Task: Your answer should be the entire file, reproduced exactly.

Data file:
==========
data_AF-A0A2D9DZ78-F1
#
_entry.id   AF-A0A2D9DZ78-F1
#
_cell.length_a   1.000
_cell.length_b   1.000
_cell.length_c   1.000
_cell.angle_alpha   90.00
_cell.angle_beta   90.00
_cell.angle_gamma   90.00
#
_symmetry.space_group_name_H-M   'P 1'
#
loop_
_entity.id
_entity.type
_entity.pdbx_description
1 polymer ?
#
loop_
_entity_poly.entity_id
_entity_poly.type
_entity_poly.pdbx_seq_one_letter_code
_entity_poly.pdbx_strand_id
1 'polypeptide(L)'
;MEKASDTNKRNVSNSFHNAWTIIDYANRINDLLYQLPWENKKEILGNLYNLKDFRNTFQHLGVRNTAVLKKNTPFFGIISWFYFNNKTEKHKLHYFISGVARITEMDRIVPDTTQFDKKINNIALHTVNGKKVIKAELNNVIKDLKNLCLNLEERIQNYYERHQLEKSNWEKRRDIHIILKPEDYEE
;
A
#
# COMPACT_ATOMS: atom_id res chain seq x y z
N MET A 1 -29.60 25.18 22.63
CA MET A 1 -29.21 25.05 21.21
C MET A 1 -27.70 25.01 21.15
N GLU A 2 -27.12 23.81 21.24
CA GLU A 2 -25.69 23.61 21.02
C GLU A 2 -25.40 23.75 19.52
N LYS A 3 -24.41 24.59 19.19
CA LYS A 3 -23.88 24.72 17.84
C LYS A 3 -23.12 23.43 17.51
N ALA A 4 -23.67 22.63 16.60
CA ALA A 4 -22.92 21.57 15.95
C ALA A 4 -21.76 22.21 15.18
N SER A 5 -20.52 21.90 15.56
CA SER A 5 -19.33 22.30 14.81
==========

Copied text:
data_AF-A0A2D9DZ78-F1
#
_entry.id   AF-A0A2D9DZ78-F1
#
_cell.length_a   1.000
_cell.length_b   1.000
_cell.length_c   1.000
_cell.angle_alpha   90.00
_cell.angle_beta   90.00
_cell.angle_gamma   90.00
#
_symmetry.space_group_name_H-M   'P 1'
#
loop_
_entity.id
_entity.type
_entity.pdbx_description
1 polymer ?
#
loop_
_entity_poly.entity_id
_entity_poly.type
_entity_poly.pdbx_seq_one_letter_code
_entity_poly.pdbx_strand_id
1 'polypeptide(L)'
;MEKASDTNKRNVSNSFHNAWTIIDYANRINDLLYQLPWENKKEILGNLYNLKDFRNTFQHLGVRNTAVLKKNTPFFGIISWFYFNNKTEKHKLHYFISGVARITEMDRIVPDTTQFDKKINNIALHTVNGKKVIKAELNNVIKDLKNLCLNLEERIQNYYERHQLEKSNWEKRRDIHIILKPEDYEE
;
A
#
# COMPACT_ATOMS: atom_id res chain seq x y z
N MET A 1 -29.60 25.18 22.63
CA MET A 1 -29.21 25.05 21.21
C MET A 1 -27.70 25.01 21.15
N GLU A 2 -27.12 23.81 21.24
CA GLU A 2 -25.69 23.61 21.02
C GLU A 2 -25.40 23.75 19.52
N LYS A 3 -24.41 24.59 19.19
CA LYS A 3 -23.88 24.72 17.84
C LYS A 3 -23.12 23.43 17.51
N ALA A 4 -23.67 22.63 16.60
CA ALA A 4 -22.92 21.57 15.95
C ALA A 4 -21.76 22.21 15.18
N SER A 5 -20.52 21.90 15.56
CA SER A 5 -19.33 22.30 14.81